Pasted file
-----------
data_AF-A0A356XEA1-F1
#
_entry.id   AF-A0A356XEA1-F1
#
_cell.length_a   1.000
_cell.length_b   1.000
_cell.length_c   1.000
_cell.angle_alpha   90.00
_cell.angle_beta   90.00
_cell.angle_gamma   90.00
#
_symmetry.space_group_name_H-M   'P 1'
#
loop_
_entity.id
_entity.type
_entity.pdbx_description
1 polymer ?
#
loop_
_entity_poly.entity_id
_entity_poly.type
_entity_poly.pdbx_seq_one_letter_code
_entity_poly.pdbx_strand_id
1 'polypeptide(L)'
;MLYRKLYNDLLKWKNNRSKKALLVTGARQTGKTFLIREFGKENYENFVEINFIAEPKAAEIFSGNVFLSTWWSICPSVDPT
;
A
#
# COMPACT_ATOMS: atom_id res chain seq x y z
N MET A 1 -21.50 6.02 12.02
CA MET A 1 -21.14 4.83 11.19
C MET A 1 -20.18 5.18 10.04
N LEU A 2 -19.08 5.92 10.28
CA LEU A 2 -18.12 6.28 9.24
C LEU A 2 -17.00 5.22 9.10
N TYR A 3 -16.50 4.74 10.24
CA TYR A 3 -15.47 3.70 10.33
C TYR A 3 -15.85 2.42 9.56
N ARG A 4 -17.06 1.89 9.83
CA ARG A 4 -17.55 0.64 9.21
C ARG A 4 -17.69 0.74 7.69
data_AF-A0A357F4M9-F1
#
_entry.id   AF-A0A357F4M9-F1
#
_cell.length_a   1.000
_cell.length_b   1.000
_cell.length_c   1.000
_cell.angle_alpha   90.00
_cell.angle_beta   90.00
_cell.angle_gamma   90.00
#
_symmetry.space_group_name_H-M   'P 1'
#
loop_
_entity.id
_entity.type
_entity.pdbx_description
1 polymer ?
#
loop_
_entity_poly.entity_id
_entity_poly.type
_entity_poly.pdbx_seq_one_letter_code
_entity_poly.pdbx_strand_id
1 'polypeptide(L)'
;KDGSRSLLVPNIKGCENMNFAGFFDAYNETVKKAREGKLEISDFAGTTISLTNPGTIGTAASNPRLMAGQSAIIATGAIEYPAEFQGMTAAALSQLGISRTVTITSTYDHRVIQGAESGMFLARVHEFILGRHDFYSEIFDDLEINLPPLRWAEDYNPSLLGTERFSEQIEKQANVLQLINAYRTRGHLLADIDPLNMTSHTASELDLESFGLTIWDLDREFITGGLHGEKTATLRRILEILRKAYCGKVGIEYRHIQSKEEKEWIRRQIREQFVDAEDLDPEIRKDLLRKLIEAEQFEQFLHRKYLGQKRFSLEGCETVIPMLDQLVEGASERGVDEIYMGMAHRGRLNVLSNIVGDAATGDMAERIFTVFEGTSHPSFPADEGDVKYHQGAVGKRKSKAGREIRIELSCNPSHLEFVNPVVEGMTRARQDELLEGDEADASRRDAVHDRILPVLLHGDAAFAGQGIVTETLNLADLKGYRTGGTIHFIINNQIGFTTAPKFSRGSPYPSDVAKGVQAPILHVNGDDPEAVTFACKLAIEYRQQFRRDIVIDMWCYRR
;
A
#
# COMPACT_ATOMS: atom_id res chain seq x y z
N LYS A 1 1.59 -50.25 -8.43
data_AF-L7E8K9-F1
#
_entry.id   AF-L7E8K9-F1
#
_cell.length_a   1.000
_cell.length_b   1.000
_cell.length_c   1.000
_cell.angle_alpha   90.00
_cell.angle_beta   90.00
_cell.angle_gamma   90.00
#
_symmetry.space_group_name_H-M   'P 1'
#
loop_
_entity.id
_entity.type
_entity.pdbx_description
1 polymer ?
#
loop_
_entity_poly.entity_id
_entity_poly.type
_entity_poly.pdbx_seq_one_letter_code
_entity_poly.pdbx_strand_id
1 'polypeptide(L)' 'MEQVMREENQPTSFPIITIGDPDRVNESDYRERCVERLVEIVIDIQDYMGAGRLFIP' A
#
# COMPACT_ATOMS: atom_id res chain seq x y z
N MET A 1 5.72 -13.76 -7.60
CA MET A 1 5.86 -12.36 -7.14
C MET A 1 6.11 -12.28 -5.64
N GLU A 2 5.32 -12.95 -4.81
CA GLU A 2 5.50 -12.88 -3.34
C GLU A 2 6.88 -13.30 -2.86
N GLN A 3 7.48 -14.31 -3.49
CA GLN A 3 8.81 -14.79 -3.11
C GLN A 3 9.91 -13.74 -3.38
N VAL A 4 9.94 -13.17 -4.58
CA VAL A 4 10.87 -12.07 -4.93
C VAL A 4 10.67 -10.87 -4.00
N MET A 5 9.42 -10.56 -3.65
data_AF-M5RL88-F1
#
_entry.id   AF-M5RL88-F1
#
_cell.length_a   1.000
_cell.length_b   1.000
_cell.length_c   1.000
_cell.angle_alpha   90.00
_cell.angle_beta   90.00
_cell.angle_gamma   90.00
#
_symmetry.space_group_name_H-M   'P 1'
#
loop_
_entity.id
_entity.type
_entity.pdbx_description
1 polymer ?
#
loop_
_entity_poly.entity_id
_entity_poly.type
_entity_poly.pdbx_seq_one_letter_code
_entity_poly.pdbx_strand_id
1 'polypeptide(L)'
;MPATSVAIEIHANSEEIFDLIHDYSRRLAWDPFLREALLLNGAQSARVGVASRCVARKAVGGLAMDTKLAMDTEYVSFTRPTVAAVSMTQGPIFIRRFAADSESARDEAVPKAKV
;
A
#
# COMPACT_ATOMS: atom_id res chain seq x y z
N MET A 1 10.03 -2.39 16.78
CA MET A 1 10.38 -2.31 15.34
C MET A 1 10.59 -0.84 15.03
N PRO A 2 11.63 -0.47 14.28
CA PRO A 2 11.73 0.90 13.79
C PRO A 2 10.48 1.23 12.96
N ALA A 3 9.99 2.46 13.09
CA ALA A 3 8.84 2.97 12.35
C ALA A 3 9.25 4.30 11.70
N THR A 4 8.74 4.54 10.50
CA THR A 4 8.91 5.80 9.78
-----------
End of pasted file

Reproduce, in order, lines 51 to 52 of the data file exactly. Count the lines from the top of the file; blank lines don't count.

_cell.angle_beta   90.00
_cell.angle_gamma   90.00